The Islas Marias archipelago is listed as a UNESCO World Heritage Site. It is famous for its vibrant coral reefs, mangrove forests and rare wildlife found nowhere else on the planet: the Tres Marias raccoon and the Tres Marias rabbit. The reserve is a great spot for watching whale sharks and an important nesting and feeding site for large colonies of birds, sharks and sea turtles.
The islands of the archipelago have a dark past. Often compared to Alcatraz or Robben Island, Maria Madre — the largest of the four islands — until 2019, it was a penal colony for men and women, and sometimes for their families. The prison opened in 1905 and its first visitors were workers on strike against the regime of Porfirio Diaz. Then prisoners accused of petty theft and more serious crimes began to be brought here.
It is known that the floor in the premises was earthen, and there were only five bathrooms for 500 women.
Today, the island looks very different. In 2019, the government closed the prison and converted parts of the existing buildings into a museum and cultural center named after the writer José Revueltas, who was imprisoned here in the 1930s for his involvement with the Communist Party.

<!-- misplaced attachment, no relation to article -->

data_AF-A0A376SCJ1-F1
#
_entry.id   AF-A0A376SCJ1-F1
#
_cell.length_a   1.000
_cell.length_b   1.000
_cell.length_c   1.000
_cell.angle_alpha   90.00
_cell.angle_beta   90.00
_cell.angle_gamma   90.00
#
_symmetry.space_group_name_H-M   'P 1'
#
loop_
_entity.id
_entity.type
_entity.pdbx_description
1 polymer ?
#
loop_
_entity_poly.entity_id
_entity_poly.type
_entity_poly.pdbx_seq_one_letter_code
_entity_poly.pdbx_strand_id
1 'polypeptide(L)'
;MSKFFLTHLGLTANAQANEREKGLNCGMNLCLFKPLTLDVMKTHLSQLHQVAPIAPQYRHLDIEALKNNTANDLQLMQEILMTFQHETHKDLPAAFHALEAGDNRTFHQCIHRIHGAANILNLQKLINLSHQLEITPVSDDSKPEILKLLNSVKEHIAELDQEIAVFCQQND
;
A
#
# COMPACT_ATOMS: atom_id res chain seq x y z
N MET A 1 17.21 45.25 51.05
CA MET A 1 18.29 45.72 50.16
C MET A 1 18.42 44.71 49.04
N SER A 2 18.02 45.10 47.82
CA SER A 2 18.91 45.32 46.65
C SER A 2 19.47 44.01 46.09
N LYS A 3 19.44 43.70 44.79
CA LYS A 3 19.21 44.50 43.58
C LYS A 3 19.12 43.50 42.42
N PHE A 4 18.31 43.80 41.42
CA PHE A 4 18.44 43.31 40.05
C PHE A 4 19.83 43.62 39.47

The church was whitewashed, the prison buildings repaired. But the construction of new hotels was abandoned so as not to destroy nature.
In three months, this island will open for the first tourists, who, according to the organizers, “will have something to see, do, explore and enjoy” ;.
As an eco-friendly tourist destination, Marias Island hopes to attract divers and nature lovers with tours, hiking, bird watching and art programs. It is promised that the island will be accessible to people with any budget.
Marias Island is expected to open to tourists by July 2022, unless, of course, the hurricane season affects the schedule.